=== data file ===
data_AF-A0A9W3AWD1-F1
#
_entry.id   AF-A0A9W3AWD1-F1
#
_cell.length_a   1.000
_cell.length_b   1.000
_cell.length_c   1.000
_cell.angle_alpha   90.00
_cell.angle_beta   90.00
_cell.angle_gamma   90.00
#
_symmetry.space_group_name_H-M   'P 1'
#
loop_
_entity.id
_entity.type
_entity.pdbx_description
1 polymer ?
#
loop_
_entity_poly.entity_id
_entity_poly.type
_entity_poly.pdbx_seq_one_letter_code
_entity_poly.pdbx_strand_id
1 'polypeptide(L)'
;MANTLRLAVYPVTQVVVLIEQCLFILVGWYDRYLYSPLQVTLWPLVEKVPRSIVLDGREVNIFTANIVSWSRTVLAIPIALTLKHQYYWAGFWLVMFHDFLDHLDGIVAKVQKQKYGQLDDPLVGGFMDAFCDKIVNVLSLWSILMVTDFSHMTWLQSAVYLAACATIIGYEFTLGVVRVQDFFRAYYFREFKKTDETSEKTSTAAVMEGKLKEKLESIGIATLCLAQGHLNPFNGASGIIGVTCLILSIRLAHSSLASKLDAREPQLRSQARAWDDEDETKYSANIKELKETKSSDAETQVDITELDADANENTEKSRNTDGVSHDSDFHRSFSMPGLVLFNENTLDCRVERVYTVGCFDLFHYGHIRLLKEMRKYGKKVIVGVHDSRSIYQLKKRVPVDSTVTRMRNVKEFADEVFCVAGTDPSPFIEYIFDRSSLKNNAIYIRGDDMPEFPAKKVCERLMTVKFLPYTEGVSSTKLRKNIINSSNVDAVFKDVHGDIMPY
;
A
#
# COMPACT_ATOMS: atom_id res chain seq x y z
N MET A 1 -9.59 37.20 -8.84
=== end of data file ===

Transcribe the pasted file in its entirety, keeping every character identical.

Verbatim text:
data_AF-A0A9W3AWD1-F1
#
_entry.id   AF-A0A9W3AWD1-F1
#
_cell.length_a   1.000
_cell.length_b   1.000
_cell.length_c   1.000
_cell.angle_alpha   90.00
_cell.angle_beta   90.00
_cell.angle_gamma   90.00
#
_symmetry.space_group_name_H-M   'P 1'
#
loop_
_entity.id
_entity.type
_entity.pdbx_description
1 polymer ?
#
loop_
_entity_poly.entity_id
_entity_poly.type
_entity_poly.pdbx_seq_one_letter_code
_entity_poly.pdbx_strand_id
1 'polypeptide(L)'
;MANTLRLAVYPVTQVVVLIEQCLFILVGWYDRYLYSPLQVTLWPLVEKVPRSIVLDGREVNIFTANIVSWSRTVLAIPIALTLKHQYYWAGFWLVMFHDFLDHLDGIVAKVQKQKYGQLDDPLVGGFMDAFCDKIVNVLSLWSILMVTDFSHMTWLQSAVYLAACATIIGYEFTLGVVRVQDFFRAYYFREFKKTDETSEKTSTAAVMEGKLKEKLESIGIATLCLAQGHLNPFNGASGIIGVTCLILSIRLAHSSLASKLDAREPQLRSQARAWDDEDETKYSANIKELKETKSSDAETQVDITELDADANENTEKSRNTDGVSHDSDFHRSFSMPGLVLFNENTLDCRVERVYTVGCFDLFHYGHIRLLKEMRKYGKKVIVGVHDSRSIYQLKKRVPVDSTVTRMRNVKEFADEVFCVAGTDPSPFIEYIFDRSSLKNNAIYIRGDDMPEFPAKKVCERLMTVKFLPYTEGVSSTKLRKNIINSSNVDAVFKDVHGDIMPY
;
A
#
# COMPACT_ATOMS: atom_id res chain seq x y z
N MET A 1 -9.59 37.20 -8.84